OPTICAL FIBER TECHNOLOGY
Prepared by Dorota Stadnik
All optical fibers consist of a core having the refractive index higher than of surrounding cladding. They can be made of just glass or polymer, or combination of both. They also have protective polymer layers called buffer or jacket.
There are two methods to manufacture optical glass fiber: either directly drawing the fiber from molten glasses, which are placed in two concentric crucibles (Double Crucible method) or from a glass rod called preform. Nowadays most optical fibers are made from the preform. There are three steps in this method:
The preforms are fabricated using chemical vapor deposition methods :
All these methods are based on thermal chemical vapor reaction that forms oxides, which are deposited as layers of glass particles called soot, outer rotating rod or inside glass tube. The same chemical reactions occur in both methods. Starting materials are solutions of SiCl4, GeCl4, POCl3, and gaseous BCl3. These liquids are evaporated within oxygen stream and form silica and other oxides. Chemical reactions proceed as follows:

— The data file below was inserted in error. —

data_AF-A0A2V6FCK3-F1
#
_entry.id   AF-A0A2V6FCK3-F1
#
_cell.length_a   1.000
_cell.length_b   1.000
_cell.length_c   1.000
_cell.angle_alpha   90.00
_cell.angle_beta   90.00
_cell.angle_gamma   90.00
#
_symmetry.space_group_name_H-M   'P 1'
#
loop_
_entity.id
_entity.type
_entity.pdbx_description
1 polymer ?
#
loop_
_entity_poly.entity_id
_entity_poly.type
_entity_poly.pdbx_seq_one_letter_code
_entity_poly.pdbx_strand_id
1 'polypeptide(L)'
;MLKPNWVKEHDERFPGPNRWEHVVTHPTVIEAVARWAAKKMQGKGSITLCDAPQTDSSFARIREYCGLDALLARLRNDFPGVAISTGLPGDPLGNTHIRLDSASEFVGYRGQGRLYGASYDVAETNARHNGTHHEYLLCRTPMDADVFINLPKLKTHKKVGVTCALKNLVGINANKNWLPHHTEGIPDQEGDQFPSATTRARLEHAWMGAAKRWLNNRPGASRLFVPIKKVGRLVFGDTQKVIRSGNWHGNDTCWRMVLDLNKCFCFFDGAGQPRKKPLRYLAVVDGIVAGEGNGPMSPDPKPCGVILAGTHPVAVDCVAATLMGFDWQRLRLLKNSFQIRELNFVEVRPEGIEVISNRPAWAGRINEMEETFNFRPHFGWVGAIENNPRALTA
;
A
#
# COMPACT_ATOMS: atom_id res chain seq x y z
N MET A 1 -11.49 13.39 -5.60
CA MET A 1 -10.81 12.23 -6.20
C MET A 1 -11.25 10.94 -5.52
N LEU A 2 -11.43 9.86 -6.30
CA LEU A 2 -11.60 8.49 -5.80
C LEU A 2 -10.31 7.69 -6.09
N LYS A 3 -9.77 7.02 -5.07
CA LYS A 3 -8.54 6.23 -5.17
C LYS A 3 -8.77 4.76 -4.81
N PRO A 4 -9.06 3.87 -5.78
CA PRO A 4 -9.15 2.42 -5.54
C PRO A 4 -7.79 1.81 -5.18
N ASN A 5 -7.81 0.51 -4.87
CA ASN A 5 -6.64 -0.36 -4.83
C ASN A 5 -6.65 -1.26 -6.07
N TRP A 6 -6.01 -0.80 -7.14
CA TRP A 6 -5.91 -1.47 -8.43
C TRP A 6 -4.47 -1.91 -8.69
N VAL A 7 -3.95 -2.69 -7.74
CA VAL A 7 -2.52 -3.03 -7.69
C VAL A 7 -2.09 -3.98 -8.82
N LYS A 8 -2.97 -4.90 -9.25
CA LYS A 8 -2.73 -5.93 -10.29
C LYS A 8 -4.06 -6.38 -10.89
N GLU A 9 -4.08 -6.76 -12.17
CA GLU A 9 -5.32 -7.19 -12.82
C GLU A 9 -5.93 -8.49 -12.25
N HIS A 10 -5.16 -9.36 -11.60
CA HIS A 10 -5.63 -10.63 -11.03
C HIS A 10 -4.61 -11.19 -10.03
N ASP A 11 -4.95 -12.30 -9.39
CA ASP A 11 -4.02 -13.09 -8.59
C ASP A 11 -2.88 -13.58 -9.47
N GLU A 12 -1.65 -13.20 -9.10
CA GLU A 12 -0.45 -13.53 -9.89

SiCl4 + O2 → SiO2 + 2 Cl2
Germanium dioxide and phosphorus pentoxide increase the refractive index of glass, whilst boron oxide - decreases. These oxides are known as dopands. Changing composition of the mixture during the process influences refractive index profile of the preform.
Modified Chemical Vapor Deposition (MCVD)